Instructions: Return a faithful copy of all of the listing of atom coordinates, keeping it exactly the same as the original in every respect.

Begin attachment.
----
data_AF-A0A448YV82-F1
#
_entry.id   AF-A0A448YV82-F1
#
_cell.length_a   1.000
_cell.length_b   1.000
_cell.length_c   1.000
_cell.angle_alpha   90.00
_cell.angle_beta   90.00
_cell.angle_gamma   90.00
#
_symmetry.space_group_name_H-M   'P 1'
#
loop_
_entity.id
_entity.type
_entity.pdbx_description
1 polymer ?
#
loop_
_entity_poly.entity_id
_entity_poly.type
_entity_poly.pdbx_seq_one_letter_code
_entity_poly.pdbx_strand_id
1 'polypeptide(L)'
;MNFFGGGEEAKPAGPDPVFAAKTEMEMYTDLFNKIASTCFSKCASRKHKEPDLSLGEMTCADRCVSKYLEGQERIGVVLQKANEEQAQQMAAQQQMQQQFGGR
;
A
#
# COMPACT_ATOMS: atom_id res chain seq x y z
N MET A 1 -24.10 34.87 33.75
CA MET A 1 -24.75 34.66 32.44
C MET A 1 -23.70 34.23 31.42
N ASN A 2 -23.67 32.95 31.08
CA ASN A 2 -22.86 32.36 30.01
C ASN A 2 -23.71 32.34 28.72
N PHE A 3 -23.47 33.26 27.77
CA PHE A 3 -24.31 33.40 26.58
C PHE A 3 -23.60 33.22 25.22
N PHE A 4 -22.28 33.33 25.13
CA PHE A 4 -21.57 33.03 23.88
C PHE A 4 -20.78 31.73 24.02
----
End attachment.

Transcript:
data_AF-A0A448YV82-F1
#
_entry.id   AF-A0A448YV82-F1
#
_cell.length_a   1.000
_cell.length_b   1.000
_cell.length_c   1.000
_cell.angle_alpha   90.00
_cell.angle_beta   90.00
_cell.angle_gamma   90.00
#
_symmetry.space_group_name_H-M   'P 1'
#
loop_
_entity.id
_entity.type
_entity.pdbx_description
1 polymer ?
#
loop_
_entity_poly.entity_id
_entity_poly.type
_entity_poly.pdbx_seq_one_letter_code
_entity_poly.pdbx_strand_id
1 'polypeptide(L)'
;MNFFGGGEEAKPAGPDPVFAAKTEMEMYTDLFNKIASTCFSKCASRKHKEPDLSLGEMTCADRCVSKYLEGQERIGVVLQKANEEQAQQMAAQQQMQQQFGGR
;
A
#
# COMPACT_ATOMS: atom_id res chain seq x y z
N MET A 1 -24.10 34.87 33.75
CA MET A 1 -24.75 34.66 32.44
C MET A 1 -23.70 34.23 31.42
N ASN A 2 -23.67 32.95 31.08
CA ASN A 2 -22.86 32.36 30.01
C ASN A 2 -23.71 32.34 28.72
N PHE A 3 -23.47 33.26 27.77
CA PHE A 3 -24.31 33.40 26.58
C PHE A 3 -23.60 33.22 25.22
N PHE A 4 -22.28 33.33 25.13
CA PHE A 4 -21.57 33.03 23.88
C PHE A 4 -20.78 31.73 24.02